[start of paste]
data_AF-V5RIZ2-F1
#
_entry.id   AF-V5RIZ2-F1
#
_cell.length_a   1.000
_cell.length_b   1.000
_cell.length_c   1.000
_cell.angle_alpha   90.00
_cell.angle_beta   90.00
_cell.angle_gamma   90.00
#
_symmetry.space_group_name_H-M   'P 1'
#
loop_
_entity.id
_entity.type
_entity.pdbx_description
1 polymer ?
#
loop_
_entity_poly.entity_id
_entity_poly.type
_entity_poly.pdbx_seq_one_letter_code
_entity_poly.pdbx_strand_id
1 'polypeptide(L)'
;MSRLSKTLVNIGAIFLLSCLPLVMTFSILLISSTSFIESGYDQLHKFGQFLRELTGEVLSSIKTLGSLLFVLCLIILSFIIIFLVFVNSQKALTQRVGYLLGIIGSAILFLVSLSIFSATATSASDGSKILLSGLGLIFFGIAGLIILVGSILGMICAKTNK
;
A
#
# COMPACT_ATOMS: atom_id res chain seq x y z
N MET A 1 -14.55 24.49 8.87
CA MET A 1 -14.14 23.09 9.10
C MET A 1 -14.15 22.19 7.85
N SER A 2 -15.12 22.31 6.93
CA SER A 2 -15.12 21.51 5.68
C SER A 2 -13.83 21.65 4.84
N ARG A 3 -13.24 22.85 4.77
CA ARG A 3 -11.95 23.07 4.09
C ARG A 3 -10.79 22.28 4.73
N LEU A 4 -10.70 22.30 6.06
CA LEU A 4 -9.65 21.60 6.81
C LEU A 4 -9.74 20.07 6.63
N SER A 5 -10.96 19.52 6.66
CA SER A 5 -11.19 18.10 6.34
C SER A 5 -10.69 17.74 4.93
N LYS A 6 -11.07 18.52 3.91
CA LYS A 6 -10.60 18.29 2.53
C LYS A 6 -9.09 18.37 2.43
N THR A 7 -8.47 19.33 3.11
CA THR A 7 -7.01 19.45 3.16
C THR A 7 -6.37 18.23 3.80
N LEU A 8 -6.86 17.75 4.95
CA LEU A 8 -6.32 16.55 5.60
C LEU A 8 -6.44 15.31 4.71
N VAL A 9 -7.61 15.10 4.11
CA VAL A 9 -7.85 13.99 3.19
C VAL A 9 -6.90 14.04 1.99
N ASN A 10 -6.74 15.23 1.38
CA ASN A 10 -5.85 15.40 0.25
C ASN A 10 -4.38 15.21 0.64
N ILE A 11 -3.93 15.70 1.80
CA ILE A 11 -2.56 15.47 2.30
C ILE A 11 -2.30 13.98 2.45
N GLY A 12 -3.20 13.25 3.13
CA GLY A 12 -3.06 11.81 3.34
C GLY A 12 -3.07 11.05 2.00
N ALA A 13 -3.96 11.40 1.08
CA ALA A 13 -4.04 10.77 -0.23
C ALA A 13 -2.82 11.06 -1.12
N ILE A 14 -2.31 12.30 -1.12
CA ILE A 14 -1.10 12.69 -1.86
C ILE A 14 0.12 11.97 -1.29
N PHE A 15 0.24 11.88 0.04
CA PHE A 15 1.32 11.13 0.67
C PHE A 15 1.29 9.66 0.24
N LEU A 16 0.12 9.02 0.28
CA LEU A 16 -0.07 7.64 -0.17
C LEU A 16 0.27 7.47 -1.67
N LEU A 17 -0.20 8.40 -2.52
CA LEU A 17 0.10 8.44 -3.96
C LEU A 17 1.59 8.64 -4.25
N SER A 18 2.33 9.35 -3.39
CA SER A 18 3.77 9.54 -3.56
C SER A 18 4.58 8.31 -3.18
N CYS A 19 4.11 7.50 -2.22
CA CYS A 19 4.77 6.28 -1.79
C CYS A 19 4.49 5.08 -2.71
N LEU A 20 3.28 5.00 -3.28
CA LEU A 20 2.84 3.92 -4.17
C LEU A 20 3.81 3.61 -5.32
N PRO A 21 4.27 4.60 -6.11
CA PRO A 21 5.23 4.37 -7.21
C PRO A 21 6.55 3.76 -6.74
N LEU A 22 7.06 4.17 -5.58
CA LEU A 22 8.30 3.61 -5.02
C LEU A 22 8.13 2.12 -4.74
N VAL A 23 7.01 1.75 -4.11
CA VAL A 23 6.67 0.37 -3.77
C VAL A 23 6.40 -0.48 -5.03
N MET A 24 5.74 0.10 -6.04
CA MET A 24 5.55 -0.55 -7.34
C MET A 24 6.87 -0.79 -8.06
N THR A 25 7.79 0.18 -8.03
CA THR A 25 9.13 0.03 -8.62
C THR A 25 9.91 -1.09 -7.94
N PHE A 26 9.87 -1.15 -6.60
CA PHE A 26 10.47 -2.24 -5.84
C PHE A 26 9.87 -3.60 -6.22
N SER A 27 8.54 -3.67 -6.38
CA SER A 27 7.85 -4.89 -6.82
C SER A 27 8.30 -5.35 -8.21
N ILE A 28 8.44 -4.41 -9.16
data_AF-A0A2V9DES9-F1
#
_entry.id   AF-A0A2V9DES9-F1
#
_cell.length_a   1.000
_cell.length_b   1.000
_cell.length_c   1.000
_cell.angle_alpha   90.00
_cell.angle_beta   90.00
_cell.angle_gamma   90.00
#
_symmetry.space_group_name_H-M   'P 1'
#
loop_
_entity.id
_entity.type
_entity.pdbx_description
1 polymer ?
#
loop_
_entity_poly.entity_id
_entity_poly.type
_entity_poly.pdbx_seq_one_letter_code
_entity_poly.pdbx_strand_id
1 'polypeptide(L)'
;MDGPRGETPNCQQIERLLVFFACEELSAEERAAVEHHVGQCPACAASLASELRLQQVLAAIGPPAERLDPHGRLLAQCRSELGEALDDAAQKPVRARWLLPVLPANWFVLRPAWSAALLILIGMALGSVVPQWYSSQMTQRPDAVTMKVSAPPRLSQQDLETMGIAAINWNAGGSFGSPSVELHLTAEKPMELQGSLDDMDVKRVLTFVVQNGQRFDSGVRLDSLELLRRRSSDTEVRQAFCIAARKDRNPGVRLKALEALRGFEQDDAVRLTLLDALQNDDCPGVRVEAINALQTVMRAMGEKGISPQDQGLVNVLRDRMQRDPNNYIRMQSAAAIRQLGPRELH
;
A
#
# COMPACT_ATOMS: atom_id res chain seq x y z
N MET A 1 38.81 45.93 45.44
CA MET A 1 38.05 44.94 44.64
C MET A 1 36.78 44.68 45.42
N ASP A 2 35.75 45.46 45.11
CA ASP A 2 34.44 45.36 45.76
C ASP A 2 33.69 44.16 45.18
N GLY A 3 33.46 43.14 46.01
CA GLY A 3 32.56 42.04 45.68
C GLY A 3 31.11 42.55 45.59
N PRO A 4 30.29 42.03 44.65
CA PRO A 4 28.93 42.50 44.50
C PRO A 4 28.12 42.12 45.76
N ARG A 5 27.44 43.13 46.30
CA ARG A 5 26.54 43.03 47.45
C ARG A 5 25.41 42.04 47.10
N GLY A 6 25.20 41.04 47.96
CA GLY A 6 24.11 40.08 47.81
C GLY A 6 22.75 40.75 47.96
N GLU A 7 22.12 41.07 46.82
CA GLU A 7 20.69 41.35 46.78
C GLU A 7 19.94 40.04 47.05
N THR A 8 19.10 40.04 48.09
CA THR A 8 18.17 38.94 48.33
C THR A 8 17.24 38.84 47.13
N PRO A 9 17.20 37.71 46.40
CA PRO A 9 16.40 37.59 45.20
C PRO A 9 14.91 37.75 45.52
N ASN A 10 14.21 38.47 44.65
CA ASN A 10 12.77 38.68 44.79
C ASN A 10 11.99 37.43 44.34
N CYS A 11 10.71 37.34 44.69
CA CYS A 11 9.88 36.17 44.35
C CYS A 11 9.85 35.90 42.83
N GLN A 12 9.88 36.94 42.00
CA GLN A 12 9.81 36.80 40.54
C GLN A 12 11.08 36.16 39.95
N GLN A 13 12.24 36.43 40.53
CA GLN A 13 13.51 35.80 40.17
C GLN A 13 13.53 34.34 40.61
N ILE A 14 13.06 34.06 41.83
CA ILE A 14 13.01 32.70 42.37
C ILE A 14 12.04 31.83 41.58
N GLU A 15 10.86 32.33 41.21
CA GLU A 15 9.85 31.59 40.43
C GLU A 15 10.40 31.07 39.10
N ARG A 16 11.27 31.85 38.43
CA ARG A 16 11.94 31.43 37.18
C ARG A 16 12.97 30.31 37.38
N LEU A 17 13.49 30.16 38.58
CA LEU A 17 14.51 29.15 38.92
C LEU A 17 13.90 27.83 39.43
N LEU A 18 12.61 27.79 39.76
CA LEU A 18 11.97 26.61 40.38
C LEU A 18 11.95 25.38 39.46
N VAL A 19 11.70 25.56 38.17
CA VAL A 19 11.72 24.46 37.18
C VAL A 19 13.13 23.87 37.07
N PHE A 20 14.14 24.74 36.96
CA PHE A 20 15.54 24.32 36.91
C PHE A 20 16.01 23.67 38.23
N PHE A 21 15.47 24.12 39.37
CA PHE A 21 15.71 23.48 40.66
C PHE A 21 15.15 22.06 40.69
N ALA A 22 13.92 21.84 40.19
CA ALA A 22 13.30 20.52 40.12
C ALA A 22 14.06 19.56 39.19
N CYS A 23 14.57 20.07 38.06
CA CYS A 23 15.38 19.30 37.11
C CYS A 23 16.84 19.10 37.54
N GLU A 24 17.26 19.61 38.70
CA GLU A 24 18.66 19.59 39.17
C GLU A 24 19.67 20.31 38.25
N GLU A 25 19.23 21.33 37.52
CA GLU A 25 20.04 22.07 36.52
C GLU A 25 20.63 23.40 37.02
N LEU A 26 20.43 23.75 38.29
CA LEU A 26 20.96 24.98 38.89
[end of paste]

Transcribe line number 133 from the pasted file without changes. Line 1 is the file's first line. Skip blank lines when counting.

_entity_poly.entity_id